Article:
while it lasts

IMGP1509So. I can’t help but notice that the weeks are just flying by. Do you feel that way, too? Flying so fast I can hardly keep up and am simultaneously left with the feeling that I’m just not getting enough done each day. I am guilty of feeling guilty when my “productivity” falters. And the days have been remarkably gray. A grayness that kind of wraps me up and keeps me feeling subdued. The air temperatures that have come along with the grayness are somewhat cool for early June. (I hope this odd coolness keeps the lettuce from bolting before our weekend market…) And there has been good rain. Ahhhh, rain. Thank heavens for that because we were getting a little dry around these parts. So in addition to the rain, and lack of sunshine, and cooler temperatures, a sickness has been lurking about in my household. Mostly, it seems like just a cold but our littlest had a relapse into not feeling well, and with that came a pretty high fever and an episode of puking on the kitchen floor this morning. (I was thankful for ceramic tile.) She has had a couple of days of not doing much more than laying on the couch, and I can’t seem to focus on anything else other than her well-being. So I sit with her and stroke her hair. Or take her temperature from time to time. Or get her a drink. Whatever she needs. However, I will admit to indulging myself in some knitting while I sit on the couch with my girl’s sweaty brow on my lap. 

The sun will be blazing again very soon. Summer will be upon us. The tempo of the days will surely pick up again. And Olivia will, with all hopefulness, be back to her chipper little self in no time.  So, while it lasts, I’m going to stay put here at the house where my energy is most needed. I will let the gray day swallow me. I will let the time go by, like a little bird freed from the clutches of the cat. I will let the weeds grow in the garden one more day… it will be ok.IMGP1325

gentle but firm

Keep walking, though there’s no place to get to.

Don’t try to see through the distance.

That’s not for human beings.  Move within,

But don’t move the way fear makes you move.

~ from Rumi – Selected Poems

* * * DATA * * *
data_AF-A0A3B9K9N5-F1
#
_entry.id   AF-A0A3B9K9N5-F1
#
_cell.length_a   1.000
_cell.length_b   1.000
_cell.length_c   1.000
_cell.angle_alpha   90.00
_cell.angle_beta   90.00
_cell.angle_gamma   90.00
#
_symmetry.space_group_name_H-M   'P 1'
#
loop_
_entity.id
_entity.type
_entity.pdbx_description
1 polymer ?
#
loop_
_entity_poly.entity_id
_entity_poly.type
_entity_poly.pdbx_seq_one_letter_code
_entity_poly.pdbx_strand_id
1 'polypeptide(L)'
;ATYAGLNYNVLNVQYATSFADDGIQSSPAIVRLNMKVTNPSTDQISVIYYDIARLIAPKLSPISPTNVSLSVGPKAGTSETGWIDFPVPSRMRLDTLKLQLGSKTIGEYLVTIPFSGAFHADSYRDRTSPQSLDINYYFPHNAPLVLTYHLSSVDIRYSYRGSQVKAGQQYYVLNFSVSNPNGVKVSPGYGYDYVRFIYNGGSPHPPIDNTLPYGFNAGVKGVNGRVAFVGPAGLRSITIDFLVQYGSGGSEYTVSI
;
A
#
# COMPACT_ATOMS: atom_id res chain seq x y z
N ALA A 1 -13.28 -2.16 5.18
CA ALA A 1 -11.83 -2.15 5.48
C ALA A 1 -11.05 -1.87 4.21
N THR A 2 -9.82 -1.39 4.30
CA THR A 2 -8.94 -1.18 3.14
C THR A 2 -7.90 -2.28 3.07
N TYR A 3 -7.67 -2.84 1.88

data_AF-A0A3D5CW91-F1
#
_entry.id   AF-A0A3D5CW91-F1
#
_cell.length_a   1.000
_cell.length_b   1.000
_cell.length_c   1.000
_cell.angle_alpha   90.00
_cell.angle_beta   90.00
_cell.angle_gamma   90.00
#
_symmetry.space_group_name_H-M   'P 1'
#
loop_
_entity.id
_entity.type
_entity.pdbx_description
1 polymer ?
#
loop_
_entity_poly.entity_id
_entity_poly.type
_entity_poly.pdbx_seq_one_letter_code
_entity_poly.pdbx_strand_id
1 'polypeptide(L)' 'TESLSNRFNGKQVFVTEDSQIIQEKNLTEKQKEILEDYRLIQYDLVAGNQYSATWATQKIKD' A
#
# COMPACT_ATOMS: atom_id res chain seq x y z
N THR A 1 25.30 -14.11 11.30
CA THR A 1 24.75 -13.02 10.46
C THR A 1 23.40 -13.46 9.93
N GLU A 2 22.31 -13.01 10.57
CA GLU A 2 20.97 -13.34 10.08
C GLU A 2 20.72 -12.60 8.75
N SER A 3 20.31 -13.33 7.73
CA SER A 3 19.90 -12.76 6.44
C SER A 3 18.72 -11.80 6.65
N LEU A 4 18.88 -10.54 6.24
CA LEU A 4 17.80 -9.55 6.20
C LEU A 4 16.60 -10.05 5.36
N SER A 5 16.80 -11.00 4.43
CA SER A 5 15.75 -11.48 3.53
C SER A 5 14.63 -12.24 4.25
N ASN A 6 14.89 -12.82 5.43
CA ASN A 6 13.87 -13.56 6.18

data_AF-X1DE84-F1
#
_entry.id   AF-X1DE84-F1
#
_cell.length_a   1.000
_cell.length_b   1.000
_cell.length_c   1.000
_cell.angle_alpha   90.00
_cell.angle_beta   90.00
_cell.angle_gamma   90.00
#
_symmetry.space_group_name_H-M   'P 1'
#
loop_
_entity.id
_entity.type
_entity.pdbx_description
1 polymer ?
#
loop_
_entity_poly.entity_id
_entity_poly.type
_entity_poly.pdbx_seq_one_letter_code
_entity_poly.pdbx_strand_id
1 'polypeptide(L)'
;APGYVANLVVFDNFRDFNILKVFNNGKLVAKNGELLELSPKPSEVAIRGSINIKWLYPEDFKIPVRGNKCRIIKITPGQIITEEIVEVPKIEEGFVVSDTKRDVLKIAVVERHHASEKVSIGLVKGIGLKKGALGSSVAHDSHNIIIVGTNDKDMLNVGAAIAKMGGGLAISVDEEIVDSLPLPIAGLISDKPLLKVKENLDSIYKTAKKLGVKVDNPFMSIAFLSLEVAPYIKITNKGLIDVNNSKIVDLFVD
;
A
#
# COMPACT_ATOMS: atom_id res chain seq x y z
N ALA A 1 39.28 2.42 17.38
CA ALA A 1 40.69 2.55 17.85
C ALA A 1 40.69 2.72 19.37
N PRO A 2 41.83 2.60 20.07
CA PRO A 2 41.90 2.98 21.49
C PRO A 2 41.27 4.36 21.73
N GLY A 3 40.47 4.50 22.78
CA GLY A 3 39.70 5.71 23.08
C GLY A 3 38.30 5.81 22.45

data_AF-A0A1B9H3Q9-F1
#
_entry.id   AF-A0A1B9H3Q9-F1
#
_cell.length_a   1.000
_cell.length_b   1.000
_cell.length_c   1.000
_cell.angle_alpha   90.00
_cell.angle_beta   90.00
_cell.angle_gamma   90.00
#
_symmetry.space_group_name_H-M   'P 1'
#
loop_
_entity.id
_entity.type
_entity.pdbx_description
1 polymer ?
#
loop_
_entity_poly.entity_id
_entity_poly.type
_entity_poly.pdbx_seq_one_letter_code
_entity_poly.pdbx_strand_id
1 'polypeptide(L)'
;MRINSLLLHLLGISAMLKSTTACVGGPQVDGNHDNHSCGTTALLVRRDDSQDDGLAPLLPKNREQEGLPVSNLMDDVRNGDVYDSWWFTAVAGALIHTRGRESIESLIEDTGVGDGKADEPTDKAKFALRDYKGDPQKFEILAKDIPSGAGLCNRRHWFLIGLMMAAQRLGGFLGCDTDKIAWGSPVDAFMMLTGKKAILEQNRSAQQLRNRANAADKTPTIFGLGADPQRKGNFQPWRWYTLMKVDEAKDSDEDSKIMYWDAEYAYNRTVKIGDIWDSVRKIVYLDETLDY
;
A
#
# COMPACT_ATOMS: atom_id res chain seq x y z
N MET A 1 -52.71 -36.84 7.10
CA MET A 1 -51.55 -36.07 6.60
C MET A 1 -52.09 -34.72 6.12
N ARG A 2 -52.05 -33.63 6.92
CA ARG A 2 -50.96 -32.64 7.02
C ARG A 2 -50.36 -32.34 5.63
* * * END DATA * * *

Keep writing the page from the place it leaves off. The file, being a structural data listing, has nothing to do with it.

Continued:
translated by Coleman Barks

gentle - tractorWe’re slowly beginning to work our garden in a new way, and I like it.

See – we often don’t cover crop the beds of crops that stay for a really long season and require a thick layer of mulch. And if we mulch well enough, the mulch stays, maybe not completely intact, but thick enough, all winter. Come Spring, there’s still mulch, and maybe a little henbit and patches of new growth coming through, and the ground is so soft. It’s a little colder than the open ground, but the softness is what interests me.

On these places, we are beginning to to put MORE mulch, and just plant right into that soft soil. We will walk on these beds as little as possible.

When I put a spade into these mulched beds, I see live worms, disturbed from their dark quiet places. Just the smallest disturbance sends them wriggling to the surface. When I see them it makes me glad. I think “Look at those worms that I didn’t kill.”

When we use heavier equipment on our soil, which we do sometimes, it’s hard on the little life underneath. We turned the ground for our pea row and as I planted the peas, I found the bodies of those worms that weren’t low enough in the ground to avoid the disturbance. There were survivors, too, but all had been battered by the machines that passed through their living space. And that’s really OK too. The worm population by and large is thriving around here and their bodies go back into the good earth, but it feels good to be moving in a direction that lets more of them live.

see the worms?

see the worms?

I want to be gentle to the soil, so that the soil will be soft.

It’s a choice, and also a privilege.

Before our (small and reasonably priced) land was paid off, we worked our land harder. We were growing for more people. We were under greater pressure, and that pressure in turn was applied to our soil. We still used the best practices we could, but we sometimes had to make hard choices.

Relieving the debt pressure relieved the growing pressure. Our income stream diversified, and we now have more room to choose different ways to grow. We can choose to be more gentle. We can take risks with our production in the direction of softness.